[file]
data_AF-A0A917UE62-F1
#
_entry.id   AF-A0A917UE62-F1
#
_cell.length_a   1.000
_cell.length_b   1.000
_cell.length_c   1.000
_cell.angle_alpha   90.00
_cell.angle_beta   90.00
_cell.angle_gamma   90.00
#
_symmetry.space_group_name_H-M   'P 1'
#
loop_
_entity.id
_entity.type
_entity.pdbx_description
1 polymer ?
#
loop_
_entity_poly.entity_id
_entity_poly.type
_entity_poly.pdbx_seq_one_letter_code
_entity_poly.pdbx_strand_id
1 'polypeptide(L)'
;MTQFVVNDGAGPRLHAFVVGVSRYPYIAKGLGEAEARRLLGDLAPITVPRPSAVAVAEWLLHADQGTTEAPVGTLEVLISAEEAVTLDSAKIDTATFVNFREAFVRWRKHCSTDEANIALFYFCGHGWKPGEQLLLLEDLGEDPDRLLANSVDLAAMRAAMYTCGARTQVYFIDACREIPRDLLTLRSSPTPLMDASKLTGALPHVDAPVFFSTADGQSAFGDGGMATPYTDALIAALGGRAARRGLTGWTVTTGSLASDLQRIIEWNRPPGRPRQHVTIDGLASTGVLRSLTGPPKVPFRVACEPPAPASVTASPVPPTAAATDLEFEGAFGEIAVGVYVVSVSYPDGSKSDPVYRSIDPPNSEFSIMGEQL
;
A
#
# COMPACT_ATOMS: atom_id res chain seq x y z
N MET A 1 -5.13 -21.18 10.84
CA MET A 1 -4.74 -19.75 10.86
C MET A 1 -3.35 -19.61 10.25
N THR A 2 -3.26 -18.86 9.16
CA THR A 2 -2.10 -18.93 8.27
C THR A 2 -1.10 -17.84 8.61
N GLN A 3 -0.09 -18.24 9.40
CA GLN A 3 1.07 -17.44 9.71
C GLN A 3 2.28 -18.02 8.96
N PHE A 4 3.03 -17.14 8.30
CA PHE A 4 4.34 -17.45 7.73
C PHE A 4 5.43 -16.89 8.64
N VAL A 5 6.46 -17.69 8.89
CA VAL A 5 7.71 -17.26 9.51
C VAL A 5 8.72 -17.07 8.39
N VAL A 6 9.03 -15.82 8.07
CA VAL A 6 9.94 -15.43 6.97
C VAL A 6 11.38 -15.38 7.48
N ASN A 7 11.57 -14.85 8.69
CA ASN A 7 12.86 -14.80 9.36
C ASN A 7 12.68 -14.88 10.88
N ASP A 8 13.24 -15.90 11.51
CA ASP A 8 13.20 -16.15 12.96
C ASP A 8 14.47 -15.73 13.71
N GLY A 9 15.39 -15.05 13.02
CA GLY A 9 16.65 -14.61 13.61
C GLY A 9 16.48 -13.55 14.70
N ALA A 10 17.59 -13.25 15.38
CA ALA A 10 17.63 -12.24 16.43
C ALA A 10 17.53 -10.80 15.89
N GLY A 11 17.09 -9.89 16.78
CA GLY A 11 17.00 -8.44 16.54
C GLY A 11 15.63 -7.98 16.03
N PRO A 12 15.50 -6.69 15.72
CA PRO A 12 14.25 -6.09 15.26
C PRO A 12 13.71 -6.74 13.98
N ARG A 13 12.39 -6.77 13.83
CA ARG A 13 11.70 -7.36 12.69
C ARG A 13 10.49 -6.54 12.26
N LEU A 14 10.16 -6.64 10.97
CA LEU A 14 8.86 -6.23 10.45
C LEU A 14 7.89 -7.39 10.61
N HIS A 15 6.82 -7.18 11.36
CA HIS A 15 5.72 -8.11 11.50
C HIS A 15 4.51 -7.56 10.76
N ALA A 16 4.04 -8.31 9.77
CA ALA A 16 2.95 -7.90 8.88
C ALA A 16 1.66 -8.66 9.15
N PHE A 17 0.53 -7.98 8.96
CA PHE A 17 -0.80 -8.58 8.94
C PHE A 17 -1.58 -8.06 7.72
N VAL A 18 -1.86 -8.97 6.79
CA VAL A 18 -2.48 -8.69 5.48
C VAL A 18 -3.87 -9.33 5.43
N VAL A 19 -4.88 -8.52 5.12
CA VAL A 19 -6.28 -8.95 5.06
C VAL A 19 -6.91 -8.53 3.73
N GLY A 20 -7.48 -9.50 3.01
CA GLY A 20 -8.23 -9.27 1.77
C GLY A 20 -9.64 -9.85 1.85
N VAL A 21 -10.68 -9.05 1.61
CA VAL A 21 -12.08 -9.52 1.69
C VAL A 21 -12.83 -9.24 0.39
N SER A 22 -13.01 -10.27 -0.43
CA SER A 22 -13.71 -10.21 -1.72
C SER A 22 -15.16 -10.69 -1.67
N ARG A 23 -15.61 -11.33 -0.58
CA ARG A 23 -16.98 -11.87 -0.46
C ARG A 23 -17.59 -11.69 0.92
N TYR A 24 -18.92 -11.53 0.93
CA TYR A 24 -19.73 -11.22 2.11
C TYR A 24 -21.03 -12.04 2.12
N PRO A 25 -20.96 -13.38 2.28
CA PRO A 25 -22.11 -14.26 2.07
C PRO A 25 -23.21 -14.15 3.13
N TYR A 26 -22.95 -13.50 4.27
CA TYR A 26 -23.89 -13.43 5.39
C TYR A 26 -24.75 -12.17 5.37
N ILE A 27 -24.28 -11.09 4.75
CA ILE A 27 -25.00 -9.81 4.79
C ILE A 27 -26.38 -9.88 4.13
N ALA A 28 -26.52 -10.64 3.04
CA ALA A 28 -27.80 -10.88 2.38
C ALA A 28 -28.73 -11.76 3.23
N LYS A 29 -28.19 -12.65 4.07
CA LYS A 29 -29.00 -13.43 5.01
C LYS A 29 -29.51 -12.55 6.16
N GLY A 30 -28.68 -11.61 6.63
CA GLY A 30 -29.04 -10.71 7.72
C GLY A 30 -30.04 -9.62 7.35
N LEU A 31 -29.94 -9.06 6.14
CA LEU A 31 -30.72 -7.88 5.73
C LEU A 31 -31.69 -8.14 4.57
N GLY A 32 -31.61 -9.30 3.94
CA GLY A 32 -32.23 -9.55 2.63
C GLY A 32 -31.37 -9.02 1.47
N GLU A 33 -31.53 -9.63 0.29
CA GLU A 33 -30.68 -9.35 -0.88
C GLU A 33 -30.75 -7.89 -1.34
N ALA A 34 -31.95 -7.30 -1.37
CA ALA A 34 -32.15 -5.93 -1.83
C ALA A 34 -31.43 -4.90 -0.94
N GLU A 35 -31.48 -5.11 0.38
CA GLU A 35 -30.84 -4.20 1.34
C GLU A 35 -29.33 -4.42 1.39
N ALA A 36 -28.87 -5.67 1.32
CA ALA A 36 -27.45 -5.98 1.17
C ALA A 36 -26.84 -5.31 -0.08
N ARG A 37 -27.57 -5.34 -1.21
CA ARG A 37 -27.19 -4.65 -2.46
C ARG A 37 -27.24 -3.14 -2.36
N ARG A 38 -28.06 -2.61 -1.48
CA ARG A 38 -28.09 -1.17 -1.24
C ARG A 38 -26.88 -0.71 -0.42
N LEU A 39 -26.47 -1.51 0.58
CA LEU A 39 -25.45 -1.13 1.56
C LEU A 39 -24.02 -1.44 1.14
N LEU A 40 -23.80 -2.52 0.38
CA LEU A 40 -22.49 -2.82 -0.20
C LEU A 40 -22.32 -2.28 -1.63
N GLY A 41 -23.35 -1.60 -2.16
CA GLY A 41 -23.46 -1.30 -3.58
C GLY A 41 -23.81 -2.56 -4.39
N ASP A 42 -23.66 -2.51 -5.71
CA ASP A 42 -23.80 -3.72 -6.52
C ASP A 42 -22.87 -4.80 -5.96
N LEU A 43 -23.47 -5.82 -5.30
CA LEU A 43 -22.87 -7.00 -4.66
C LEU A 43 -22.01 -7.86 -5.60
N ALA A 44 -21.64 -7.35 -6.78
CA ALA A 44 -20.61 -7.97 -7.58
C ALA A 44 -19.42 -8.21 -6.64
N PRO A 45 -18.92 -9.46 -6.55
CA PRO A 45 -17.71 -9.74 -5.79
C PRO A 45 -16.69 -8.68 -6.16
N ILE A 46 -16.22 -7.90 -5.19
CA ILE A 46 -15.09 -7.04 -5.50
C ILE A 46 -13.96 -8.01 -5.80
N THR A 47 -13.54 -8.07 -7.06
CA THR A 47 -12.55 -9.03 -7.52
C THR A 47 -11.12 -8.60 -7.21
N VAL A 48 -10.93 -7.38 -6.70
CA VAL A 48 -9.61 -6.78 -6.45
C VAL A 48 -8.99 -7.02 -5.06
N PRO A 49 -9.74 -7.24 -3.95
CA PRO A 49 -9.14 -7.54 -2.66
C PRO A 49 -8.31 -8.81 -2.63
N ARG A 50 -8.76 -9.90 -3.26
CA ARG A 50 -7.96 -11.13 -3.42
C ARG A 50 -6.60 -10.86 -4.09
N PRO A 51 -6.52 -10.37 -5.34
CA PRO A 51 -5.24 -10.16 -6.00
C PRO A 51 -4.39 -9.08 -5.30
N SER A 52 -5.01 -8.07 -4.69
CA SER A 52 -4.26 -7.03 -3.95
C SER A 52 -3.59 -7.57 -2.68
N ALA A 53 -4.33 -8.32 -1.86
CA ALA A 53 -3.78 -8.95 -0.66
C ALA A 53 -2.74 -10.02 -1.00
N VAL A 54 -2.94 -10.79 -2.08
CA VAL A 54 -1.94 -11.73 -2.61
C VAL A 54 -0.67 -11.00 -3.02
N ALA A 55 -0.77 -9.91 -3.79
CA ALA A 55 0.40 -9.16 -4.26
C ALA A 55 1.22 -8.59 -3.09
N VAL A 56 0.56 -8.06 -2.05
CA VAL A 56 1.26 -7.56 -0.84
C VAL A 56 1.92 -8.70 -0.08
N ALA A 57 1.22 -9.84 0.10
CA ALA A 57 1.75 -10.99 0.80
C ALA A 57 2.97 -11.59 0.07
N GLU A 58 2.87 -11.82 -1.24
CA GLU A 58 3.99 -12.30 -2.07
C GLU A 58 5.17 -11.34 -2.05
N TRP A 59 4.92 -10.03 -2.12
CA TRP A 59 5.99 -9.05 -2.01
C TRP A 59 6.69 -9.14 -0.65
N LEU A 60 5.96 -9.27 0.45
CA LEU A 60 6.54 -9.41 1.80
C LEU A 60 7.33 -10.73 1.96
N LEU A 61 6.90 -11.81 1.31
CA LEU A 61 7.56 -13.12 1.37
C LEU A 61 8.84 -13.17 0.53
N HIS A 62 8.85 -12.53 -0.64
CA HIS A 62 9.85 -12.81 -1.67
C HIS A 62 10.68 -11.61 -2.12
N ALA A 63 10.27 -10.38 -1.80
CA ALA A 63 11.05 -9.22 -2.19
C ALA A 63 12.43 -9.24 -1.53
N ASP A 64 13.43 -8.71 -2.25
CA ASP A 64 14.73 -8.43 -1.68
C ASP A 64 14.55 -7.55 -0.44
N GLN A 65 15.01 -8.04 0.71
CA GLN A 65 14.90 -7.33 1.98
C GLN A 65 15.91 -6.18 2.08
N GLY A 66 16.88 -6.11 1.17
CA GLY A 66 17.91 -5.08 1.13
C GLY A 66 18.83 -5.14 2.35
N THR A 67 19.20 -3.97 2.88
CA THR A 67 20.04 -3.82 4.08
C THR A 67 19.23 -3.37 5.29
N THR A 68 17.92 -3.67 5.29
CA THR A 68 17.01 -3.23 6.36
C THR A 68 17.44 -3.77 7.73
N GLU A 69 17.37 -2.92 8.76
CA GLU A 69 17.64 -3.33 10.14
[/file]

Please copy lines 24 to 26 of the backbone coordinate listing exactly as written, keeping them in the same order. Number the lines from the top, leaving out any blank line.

_entity_poly.pdbx_strand_id
1 'polypeptide(L)'
;MTQFVVNDGAGPRLHAFVVGVSRYPYIAKGLGEAEARRLLGDLAPITVPRPSAVAVAEWLLHADQGTTEAPVGTLEVLISAEEAVTLDSAKIDTATFVNFREAFVRWRKHCSTDEANIALFYFCGHGWKPGEQLLLLEDLGEDPDRLLANSVDLAAMRAAMYTCGARTQVYFIDACREIPRDLLTLRSSPTPLMDASKLTGALPHVDAPVFFSTADGQSAFGDGGMATPYTDALIAALGGRAARRGLTGWTVTTGSLASDLQRIIEWNRPPGRPRQHVTIDGLASTGVLRSLTGPPKVPFRVACEPPAPASVTASPVPPTAAATDLEFEGAFGEIAVGVYVVSVSYPDGSKSDPVYRSIDPPNSEFSIMGEQL